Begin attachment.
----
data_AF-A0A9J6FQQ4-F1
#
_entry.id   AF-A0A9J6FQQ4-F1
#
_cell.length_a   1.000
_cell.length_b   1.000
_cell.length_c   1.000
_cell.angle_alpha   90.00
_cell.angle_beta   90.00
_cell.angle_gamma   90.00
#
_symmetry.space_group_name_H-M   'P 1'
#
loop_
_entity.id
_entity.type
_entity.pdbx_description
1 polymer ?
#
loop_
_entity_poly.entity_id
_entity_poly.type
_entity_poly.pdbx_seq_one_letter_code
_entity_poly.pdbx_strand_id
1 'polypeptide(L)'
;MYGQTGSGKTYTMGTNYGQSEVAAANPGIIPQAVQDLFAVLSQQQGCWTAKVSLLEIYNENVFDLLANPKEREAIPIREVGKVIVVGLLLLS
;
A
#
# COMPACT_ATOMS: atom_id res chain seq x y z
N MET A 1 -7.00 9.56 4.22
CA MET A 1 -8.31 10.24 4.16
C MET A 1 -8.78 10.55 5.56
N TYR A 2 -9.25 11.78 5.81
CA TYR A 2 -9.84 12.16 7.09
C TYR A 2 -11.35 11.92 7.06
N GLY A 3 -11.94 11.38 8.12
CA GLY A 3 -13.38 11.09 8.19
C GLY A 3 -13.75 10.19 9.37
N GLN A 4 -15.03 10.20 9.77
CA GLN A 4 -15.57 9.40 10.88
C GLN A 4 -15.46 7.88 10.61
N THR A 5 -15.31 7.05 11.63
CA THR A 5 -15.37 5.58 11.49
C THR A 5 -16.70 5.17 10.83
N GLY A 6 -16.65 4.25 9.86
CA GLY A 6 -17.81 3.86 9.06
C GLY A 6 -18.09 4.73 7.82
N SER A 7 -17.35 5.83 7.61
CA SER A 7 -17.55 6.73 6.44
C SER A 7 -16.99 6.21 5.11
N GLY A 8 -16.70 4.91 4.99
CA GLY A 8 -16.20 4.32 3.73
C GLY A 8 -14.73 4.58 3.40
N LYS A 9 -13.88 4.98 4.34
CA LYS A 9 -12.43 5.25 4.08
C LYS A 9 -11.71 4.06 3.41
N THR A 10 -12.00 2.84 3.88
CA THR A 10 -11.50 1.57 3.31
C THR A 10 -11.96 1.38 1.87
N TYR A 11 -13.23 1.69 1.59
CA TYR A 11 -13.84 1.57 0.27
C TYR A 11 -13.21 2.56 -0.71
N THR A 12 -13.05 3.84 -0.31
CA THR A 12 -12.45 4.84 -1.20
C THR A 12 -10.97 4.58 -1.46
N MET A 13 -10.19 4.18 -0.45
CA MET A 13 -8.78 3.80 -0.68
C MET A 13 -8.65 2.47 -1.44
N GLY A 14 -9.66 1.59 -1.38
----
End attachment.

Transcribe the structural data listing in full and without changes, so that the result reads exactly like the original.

data_AF-A0A9J6FQQ4-F1
#
_entry.id   AF-A0A9J6FQQ4-F1
#
_cell.length_a   1.000
_cell.length_b   1.000
_cell.length_c   1.000
_cell.angle_alpha   90.00
_cell.angle_beta   90.00
_cell.angle_gamma   90.00
#
_symmetry.space_group_name_H-M   'P 1'
#
loop_
_entity.id
_entity.type
_entity.pdbx_description
1 polymer ?
#
loop_
_entity_poly.entity_id
_entity_poly.type
_entity_poly.pdbx_seq_one_letter_code
_entity_poly.pdbx_strand_id
1 'polypeptide(L)'
;MYGQTGSGKTYTMGTNYGQSEVAAANPGIIPQAVQDLFAVLSQQQGCWTAKVSLLEIYNENVFDLLANPKEREAIPIREVGKVIVVGLLLLS
;
A
#
# COMPACT_ATOMS: atom_id res chain seq x y z
N MET A 1 -7.00 9.56 4.22
CA MET A 1 -8.31 10.24 4.16
C MET A 1 -8.78 10.55 5.56
N TYR A 2 -9.25 11.78 5.81
CA TYR A 2 -9.84 12.16 7.09
C TYR A 2 -11.35 11.92 7.06
N GLY A 3 -11.94 11.38 8.12
CA GLY A 3 -13.38 11.09 8.19
C GLY A 3 -13.75 10.19 9.37
N GLN A 4 -15.03 10.20 9.77
CA GLN A 4 -15.57 9.40 10.88
C GLN A 4 -15.46 7.88 10.61
N THR A 5 -15.31 7.05 11.63
CA THR A 5 -15.37 5.58 11.49
C THR A 5 -16.70 5.17 10.83
N GLY A 6 -16.65 4.25 9.86
CA GLY A 6 -17.81 3.86 9.06
C GLY A 6 -18.09 4.73 7.82
N SER A 7 -17.35 5.83 7.61
CA SER A 7 -17.55 6.73 6.44
C SER A 7 -16.99 6.21 5.11
N GLY A 8 -16.70 4.91 4.99
CA GLY A 8 -16.20 4.32 3.73
C GLY A 8 -14.73 4.58 3.40
N LYS A 9 -13.88 4.98 4.34
CA LYS A 9 -12.43 5.25 4.08
C LYS A 9 -11.71 4.06 3.41
N THR A 10 -12.00 2.84 3.88
CA THR A 10 -11.50 1.57 3.31
C THR A 10 -11.96 1.38 1.87
N TYR A 11 -13.23 1.69 1.59
CA TYR A 11 -13.84 1.57 0.27
C TYR A 11 -13.21 2.56 -0.71
N THR A 12 -13.05 3.84 -0.31
CA THR A 12 -12.45 4.84 -1.20
C THR A 12 -10.97 4.58 -1.46
N MET A 13 -10.19 4.18 -0.45
CA MET A 13 -8.78 3.80 -0.68
C MET A 13 -8.65 2.47 -1.44
N GLY A 14 -9.66 1.59 -1.38